While winter is a way off, indoor training will be looming as an option for many cyclists, though perhaps one that seems like a jail sentence. Using a quality trainer might just make you feel like you have been let out on probation.
Indoor trainers can be a fast track to form for those without outdoor options available. Or for others a short circuit to intolerable tedium.
But there are good reasons for using a trainer such as inclement weather, road safety issues, or the need to be home with dependants—all of which can be quite valid. Then there are the detractors like the boredom, and the fact that there’s a perfectly good road out there. To overcome these factors there are some very well produced training programs you can access online to give your confinement worthwhile structure and improve results.
Some will say the noise that these things make rules them out. Noise output of trainers has come down significantly over the past decade but is still one of the bugbears (read: excuses) some cyclists will cite as to why they don’t use an indoor trainer. For others noise doesn’t rate a mention.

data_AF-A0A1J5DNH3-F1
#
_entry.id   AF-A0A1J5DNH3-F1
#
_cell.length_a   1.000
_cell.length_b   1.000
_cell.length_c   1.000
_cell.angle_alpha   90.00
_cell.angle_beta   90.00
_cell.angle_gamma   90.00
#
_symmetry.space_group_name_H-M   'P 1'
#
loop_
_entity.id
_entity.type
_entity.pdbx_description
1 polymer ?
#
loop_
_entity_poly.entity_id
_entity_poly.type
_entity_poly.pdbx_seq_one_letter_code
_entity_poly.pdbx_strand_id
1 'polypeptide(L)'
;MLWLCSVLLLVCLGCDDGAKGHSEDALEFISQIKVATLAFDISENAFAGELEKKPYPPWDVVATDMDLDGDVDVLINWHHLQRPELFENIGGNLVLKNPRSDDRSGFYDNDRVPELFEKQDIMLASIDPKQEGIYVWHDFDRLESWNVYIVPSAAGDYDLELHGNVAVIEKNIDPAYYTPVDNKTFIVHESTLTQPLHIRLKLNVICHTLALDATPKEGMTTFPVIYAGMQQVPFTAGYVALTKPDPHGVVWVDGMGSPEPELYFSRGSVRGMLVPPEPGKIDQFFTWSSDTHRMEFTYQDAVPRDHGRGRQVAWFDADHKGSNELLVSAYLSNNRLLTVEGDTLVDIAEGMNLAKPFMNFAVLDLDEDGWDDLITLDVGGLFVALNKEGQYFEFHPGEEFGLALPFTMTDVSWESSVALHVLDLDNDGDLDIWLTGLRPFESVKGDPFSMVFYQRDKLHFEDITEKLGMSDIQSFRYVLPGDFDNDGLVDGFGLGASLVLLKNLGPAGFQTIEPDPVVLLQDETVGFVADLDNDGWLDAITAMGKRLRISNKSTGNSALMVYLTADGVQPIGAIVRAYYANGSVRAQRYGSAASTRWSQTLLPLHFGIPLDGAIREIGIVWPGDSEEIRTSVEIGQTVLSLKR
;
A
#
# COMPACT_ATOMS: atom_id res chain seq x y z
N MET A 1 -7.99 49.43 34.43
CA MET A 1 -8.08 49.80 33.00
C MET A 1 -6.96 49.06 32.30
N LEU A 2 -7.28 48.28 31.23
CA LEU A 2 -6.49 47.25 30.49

We’ve gathered a few good quality trainers to test our resolve, and see how they perform.
Resistance Unit: Wind
DB: 82 @90RPM 53:17
Dimensions: 62(w) x 45(h) x 50(d)
Distributor: De Grandi Cycle and Sport www.degrandi.com.au
Lemond’s revolution is a compact and solidly built direct drive unit with a quality feel and finish.
Setting up is very simple. You’ll need to buy an extra cassette to leave on the trainer. Then it’s as simple as removing your rear wheel, positioning your frame and chain on the trainer and using the quick release to clamp your frame onto the trainer. The axle height of the trainer is the same as that of your bike so you won’t need a riser block to get level.